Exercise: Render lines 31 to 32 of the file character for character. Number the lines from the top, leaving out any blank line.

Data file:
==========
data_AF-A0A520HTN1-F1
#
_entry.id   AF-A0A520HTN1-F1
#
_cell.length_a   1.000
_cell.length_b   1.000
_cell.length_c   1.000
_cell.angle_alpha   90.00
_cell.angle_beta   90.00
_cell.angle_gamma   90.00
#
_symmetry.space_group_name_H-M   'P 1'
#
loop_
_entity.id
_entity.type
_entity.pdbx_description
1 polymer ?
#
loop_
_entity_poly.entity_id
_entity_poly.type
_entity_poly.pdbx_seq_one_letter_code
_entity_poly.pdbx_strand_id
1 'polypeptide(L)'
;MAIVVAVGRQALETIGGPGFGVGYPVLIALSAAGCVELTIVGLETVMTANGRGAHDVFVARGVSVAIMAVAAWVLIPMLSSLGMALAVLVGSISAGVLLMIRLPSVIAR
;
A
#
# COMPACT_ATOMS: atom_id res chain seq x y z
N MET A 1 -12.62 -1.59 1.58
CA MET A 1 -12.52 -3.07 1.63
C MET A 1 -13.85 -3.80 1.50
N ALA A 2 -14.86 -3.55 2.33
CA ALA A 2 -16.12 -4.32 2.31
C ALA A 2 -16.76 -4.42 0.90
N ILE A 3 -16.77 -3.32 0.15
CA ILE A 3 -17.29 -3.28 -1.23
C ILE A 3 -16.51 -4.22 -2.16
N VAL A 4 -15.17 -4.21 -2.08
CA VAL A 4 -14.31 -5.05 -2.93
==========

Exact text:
N MET A 1 -12.62 -1.59 1.58
CA MET A 1 -12.52 -3.07 1.63